Two defining hits,and Warcraft 2, had just seemingly set the so-called real-time strategy formula into stone. SSI wanted a piece of the cake and came dangerously close to territory. At least they put some thoughts into it and offered a few unique selling points. Professional critics gave good marks, but the general public did not translate such ratings into major sales.
What was it that set this game apart? In principle, it follows the established formula of base building, resource harvesting, production of military units and finally storming the enemy installations.tried to score with a focus on individual units. No faceless tanks or masses of swordmen, but a countable amount of basic units which could, however, individually equipped and upgraded. Probably, the player was supposed to form a roleplaying-like bond with those units, further strengthened by the option to take a couple from level to level. Fostering and care instead of cannon fodder.
In retrospect, what critics of the time identified as 'innovation' actually said more about the state of the PC gaming market back then rather than this game itself. The fact that 90% of the gameplay was closely following a formula was just accepted without notice. A formula which may have been super trendy at the time, but which nevertheless was just a formula.
What about those remaining 10%? Those, too, are quite an unstable house of cards. In each and every level, you research the same five special abilities over and over again (for whatever reason). Those can then be applied to the units. Given the broad availability of resources, there is really no reason not to have every unit learn everything.
In theory, some of this sounds like it may open up interesting tactical possibilities. Units can camouflage themselves as belonging to the enemy army or even turn invisible. Though for each of these abilities, there is a countermeasure; like for example the ability to spot the disguise. Meaning in the end, it is nothing but an expensive race of arms which eventually negates itself. Nevertheless, there is no way to just ignore it, because otherwise the enemy will be at a major advantage. Mechanically, this necessity to upgrade leads to manual clickfests as no automation functions exist. Those buyable upgrades aside, the by then genre typical rock-paper-scissors principle has not been followed.
The second often cited aspect is the plot circling around four parties which are all seemingly very different. Seemingly. In fact, differences are of a mostly graphical nature. Sure, there are reptiles, pig-bears, plant-beings and… weird blob magicians. Still, in the end, their buildings and units fulfil the same functions. Individual magic spells can hardly be triggered in any targeted way in the heat of battle. This throws the units back to their basic abilities, and whether a soldier fires his huge gun, aims his magic wand or produces a fireball with a wave of his hands makes no effective gameplay difference.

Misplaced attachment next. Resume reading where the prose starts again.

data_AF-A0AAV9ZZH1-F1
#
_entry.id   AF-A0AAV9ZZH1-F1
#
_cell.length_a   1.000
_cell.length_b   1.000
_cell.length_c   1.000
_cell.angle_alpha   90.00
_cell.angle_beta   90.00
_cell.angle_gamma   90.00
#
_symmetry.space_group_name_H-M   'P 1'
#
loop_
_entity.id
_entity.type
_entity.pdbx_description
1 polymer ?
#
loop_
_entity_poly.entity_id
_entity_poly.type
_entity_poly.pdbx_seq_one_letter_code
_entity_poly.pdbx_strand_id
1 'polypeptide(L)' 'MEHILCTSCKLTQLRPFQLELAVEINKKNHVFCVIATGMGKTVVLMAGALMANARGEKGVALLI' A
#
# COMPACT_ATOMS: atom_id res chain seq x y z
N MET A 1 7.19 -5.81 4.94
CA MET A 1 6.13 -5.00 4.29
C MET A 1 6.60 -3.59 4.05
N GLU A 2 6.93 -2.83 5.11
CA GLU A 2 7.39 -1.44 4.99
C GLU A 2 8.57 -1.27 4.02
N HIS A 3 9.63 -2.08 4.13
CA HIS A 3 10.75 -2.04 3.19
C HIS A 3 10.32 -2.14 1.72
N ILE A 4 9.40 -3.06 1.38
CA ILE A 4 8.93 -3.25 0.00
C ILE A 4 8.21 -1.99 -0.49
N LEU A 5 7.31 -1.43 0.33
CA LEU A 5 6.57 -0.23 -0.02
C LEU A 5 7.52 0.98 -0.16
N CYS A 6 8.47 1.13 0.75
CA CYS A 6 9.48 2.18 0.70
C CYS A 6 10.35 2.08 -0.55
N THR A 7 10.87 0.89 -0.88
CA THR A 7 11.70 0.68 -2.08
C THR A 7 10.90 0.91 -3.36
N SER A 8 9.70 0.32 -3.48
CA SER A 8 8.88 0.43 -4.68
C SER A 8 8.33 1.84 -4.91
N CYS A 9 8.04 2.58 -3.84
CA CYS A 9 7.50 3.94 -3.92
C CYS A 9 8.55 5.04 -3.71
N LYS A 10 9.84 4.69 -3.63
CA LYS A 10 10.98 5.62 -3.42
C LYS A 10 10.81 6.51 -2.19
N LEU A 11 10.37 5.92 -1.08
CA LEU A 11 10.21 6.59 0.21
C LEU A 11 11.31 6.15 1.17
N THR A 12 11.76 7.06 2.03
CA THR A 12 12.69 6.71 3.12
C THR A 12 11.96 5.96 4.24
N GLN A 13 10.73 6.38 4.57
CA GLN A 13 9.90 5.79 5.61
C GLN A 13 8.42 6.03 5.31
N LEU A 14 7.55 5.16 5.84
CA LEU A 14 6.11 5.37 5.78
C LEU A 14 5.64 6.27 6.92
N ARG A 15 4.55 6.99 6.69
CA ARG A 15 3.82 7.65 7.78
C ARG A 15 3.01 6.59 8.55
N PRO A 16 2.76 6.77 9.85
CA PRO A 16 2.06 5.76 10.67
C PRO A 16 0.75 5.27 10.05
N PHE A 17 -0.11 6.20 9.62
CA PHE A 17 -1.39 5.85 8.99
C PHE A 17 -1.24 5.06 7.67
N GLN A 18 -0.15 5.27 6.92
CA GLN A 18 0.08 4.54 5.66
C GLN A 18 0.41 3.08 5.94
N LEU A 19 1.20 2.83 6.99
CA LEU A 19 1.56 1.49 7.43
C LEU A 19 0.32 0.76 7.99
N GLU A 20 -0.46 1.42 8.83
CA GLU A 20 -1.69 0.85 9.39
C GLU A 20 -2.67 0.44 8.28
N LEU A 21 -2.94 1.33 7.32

At least there is some little plot spun around an uprising against a ruling class. Each tribe is playable, but each campaign consists of only seven levels. This encourages playing through more than one, allowing for different viewpoints on the story. Just that, again, if there are only seven levels cover to cover it would have been nice not to waste three as a sort of tutorial. Only in the fourth, the full game begins.
A few smaller things remain, like the in-game leader unit, which if killed loses the game instantly. Who commands an influence rating which increases or decreases based on won or lost battles, which in turn is needed to trigger certain actions at all (e.g. research). It runs like a thread through this review, but this, too, has not really been thought through. What does the player do if influence is too low? She buys some more using harvested resources. Taking another idea back to the stale genre formula: grab more resources and you win.
Genre typical issues of the time come on top. Pathfinding fails repeatedly. Workers stand idle next to a healthy forest instead of chopping wood. Single units lost somewhere are virtually impossible to find again on the mini map, and where the objective is to kill all enemy units, look forward to find the damn last one hidden somewhere!
What critics saw at the time must have been the potential which could have been fulfilled, had those ideas been followed through to the end and implemented effectively. Yes, truly focussing on individual units instead of mass assaults, giving them really individual abilities, could have lead to a totally different type of game. Games likeand Mech Commander demonstrated this just a couple of years later. wasn't this big step, but remained an average genre entry of its time.
Maybe players already realized this at the time, different from the critics. Though then, the mediocre sales may have been rather caused by the limited usability on LAN parties. Yes, there is a multiplayer mode, but large levels are rather slow paced. Not an issue for single players, but in this emerging context, it was usually not acceptable.